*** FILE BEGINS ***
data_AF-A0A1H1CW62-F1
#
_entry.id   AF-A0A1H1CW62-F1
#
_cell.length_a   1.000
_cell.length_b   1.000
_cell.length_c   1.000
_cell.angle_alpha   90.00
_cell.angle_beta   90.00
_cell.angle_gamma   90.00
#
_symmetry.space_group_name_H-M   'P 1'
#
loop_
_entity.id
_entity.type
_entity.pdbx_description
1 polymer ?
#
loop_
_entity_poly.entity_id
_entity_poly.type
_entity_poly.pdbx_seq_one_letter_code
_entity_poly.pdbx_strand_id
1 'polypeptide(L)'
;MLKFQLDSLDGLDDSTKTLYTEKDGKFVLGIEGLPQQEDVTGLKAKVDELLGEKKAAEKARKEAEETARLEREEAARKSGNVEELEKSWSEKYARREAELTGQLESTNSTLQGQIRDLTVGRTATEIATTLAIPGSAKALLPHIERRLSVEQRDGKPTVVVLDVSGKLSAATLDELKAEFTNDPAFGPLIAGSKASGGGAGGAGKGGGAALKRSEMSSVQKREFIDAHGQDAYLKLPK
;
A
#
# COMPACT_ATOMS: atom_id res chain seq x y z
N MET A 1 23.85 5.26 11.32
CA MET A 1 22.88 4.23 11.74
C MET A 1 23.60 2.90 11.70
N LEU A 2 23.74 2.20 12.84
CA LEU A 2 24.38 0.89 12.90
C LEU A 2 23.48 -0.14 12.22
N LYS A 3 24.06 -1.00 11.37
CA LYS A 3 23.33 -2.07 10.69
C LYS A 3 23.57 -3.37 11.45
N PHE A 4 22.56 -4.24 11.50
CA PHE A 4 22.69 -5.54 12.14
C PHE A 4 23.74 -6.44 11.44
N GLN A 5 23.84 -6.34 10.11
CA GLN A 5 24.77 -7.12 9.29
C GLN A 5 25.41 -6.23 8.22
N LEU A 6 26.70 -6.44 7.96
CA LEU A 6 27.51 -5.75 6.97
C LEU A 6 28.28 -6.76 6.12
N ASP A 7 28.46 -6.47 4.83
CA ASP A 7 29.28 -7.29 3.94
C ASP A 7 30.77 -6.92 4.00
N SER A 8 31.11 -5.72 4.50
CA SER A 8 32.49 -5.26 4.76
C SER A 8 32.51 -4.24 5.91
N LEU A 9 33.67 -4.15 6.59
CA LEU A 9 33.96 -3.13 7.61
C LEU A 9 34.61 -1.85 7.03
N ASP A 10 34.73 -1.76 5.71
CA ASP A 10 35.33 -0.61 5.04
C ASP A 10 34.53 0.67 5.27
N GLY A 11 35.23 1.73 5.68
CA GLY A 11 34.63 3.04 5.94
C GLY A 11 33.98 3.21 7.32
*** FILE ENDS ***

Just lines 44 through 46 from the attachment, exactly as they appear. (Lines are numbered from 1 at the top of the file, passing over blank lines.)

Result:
CA GLN A 5 24.77 -7.12 9.29
C GLN A 5 25.41 -6.23 8.22
N LEU A 6 26.70 -6.44 7.96